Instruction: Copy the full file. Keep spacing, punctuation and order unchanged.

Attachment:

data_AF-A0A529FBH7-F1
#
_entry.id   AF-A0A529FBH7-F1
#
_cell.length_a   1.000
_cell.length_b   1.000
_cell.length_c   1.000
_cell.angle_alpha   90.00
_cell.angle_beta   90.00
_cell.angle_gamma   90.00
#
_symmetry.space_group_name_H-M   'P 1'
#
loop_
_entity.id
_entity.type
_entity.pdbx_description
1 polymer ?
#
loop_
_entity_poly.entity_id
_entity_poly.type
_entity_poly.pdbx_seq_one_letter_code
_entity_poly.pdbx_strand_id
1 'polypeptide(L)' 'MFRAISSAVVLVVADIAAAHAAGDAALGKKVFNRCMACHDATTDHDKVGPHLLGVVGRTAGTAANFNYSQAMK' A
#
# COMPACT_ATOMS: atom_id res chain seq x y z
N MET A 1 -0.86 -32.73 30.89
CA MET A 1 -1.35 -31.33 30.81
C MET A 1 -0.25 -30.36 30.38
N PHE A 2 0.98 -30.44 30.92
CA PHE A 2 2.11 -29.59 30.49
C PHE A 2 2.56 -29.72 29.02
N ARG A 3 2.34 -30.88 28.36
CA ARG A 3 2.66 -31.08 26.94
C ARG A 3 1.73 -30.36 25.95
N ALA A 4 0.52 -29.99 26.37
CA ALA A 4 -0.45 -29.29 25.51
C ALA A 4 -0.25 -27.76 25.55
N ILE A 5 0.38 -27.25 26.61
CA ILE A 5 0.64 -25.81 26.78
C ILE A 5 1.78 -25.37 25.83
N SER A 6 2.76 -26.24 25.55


data_AF-A0A529FBH7-F1
#
_entry.id   AF-A0A529FBH7-F1
#
_cell.length_a   1.000
_cell.length_b   1.000
_cell.length_c   1.000
_cell.angle_alpha   90.00
_cell.angle_beta   90.00
_cell.angle_gamma   90.00
#
_symmetry.space_group_name_H-M   'P 1'
#
loop_
_entity.id
_entity.type
_entity.pdbx_description
1 polymer ?
#
loop_
_entity_poly.entity_id
_entity_poly.type
_entity_poly.pdbx_seq_one_letter_code
_entity_poly.pdbx_strand_id
1 'polypeptide(L)' 'MFRAISSAVVLVVADIAAAHAAGDAALGKKVFNRCMACHDATTDHDKVGPHLLGVVGRTAGTAANFNYSQAMK' A
#
# COMPACT_ATOMS: atom_id res chain seq x y z
N MET A 1 -0.86 -32.73 30.89
CA MET A 1 -1.35 -31.33 30.81
C MET A 1 -0.25 -30.36 30.38
N PHE A 2 0.98 -30.44 30.92
CA PHE A 2 2.11 -29.59 30.49
C PHE A 2 2.56 -29.72 29.02
N ARG A 3 2.34 -30.88 28.36
CA ARG A 3 2.66 -31.08 26.94
C ARG A 3 1.73 -30.36 25.95
N ALA A 4 0.52 -29.99 26.37
CA ALA A 4 -0.45 -29.29 25.51
C ALA A 4 -0.25 -27.76 25.55
N ILE A 5 0.38 -27.25 26.61
CA ILE A 5 0.64 -25.81 26.78
C ILE A 5 1.78 -25.37 25.83
N SER A 6 2.76 -26.24 25.55